Ludlow's town walls crumbled in February 2013, but after more delays due to the Covid-19 pandemic, a further step towards getting them repaired has inched closer.
Protective netting was removed from the section of collapsed wall behind St Laurence's Church and site surveys began in January, but any further assessment and possible work had to be put on hold.
Mayor of Ludlow, Councillor Tim Gill said: "The town council is pleased that the delays caused by Covid-19 are behind us, and the Morton Partnership has recently appointed a conservation accredited engineer as the new project manager to continue the explorative works to yield the information required to create an engineered solution to the repair of the wall."
Ludlow Town Council has maintenance liability for the closed churchyard that belongs to St Laurence’s Parochial Parish Council (PCC). The next stage is a site investigation including a number of small boreholes to understand ground build up.
Drilling six small cores through the wall will ascertain the thickness of the structure.
Mortar samples will also be taken and analysed to inform the repair mortar specification.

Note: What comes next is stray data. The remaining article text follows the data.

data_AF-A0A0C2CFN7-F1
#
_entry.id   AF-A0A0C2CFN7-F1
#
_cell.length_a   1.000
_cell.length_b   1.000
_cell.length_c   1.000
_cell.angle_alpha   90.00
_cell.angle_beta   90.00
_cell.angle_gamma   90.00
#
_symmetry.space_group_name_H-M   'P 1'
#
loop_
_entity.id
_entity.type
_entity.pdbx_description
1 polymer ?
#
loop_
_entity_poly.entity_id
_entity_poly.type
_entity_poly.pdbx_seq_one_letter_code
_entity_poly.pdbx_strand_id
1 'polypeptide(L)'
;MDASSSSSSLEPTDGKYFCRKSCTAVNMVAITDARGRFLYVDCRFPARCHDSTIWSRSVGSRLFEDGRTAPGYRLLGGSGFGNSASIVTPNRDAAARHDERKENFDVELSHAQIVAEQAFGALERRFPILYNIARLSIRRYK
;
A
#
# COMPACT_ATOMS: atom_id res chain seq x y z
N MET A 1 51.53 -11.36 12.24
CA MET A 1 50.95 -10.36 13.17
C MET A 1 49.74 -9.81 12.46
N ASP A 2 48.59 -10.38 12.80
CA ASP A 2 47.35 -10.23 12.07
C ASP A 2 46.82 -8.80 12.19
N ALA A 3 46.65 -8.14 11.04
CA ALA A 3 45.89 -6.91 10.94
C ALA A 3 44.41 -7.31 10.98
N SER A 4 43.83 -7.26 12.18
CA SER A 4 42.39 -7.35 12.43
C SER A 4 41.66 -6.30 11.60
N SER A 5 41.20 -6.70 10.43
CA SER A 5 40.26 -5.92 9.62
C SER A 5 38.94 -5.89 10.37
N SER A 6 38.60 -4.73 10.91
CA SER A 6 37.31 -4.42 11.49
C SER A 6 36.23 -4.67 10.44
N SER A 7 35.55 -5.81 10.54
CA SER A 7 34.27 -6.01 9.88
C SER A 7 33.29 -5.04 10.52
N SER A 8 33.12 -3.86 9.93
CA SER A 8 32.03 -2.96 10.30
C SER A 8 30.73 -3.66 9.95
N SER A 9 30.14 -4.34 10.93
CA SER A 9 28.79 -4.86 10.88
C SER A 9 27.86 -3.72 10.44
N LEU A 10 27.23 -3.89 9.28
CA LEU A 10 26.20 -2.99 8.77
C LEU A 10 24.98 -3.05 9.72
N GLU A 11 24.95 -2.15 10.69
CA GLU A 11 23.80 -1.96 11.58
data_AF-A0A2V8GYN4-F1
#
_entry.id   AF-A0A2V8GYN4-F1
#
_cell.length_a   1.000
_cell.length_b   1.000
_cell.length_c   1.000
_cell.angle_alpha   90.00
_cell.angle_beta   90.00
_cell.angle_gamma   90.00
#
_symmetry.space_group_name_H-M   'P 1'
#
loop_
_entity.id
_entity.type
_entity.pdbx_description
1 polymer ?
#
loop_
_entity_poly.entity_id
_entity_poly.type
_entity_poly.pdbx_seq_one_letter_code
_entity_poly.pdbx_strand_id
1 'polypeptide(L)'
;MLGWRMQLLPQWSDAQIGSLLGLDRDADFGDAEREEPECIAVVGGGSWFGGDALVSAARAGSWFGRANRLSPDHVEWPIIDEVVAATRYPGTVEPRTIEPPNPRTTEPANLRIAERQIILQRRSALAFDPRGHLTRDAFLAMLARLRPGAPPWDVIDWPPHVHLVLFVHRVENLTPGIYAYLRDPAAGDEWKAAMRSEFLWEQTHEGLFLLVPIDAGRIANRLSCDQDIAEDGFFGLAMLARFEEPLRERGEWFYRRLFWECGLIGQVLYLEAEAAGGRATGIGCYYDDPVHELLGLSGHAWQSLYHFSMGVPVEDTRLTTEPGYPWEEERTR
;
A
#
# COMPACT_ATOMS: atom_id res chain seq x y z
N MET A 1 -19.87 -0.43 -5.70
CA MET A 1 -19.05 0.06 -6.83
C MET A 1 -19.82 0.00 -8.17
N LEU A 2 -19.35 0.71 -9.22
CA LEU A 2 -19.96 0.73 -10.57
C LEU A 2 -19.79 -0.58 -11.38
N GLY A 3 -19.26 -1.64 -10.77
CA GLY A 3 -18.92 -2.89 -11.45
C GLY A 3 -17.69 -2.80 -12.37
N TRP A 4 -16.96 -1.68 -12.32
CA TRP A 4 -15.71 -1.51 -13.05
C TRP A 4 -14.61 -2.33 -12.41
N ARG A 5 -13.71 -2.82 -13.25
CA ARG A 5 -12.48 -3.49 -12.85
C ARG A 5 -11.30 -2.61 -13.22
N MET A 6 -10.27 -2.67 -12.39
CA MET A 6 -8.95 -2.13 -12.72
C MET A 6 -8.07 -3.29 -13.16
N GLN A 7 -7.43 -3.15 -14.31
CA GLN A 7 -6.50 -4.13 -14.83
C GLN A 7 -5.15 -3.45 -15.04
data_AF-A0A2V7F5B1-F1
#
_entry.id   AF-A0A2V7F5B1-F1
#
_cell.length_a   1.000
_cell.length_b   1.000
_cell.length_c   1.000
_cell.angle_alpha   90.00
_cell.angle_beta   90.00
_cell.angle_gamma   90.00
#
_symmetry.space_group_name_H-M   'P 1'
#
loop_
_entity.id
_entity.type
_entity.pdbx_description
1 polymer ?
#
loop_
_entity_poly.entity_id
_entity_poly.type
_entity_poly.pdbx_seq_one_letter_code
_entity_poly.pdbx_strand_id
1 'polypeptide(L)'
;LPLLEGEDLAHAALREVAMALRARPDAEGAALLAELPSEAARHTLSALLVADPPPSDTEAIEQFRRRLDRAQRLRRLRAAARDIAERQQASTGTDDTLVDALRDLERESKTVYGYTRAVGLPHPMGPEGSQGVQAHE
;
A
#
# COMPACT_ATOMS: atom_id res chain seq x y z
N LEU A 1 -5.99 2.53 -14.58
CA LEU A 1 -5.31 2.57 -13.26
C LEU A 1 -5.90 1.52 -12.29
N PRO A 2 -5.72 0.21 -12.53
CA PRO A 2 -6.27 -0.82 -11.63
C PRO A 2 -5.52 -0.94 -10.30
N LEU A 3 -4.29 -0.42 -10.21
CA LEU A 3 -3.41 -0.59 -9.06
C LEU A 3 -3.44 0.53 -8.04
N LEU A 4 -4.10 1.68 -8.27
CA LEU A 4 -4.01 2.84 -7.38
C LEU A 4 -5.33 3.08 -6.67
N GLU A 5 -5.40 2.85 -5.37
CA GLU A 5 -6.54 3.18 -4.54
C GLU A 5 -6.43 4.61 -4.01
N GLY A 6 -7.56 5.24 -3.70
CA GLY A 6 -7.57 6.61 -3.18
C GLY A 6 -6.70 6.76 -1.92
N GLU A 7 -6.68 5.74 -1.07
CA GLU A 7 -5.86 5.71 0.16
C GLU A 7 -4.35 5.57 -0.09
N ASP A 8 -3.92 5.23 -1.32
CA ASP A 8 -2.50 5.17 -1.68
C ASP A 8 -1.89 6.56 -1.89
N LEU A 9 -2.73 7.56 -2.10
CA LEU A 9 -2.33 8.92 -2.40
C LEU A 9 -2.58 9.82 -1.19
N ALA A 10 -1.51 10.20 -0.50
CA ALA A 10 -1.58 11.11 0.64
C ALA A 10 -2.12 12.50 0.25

Neighbouring properties may be asked to assist with access to remove the need for road side working permits.
Before the works can take place the Morton Partnership is in discussions with Historic England regarding the archaeology that must be considered as part of the application for scheduled monument consent for the intrusive investigations.
The PCC also requires a Diocesan Faculty for the works. Once the PCC receives the consent from Historic England, the Faculty application can be sent to the Chancellor for consideration. The works will begin when all permissions and access are granted.
The walls' collapse sparked a two-and-a-half year wrangle over who should foot the bill for the restoration – expected to run into the hundreds of thousands.
Ludlow Town Council agreed in October 2015 to take the lead and pay for the works, but further delays meant little progress was made until last year.
A breakthrough came in May 2019 when funding of £38,545 from the Public Works Loans Board was secured and the Morton Partnership was appointed as lead consultant and structural engineer.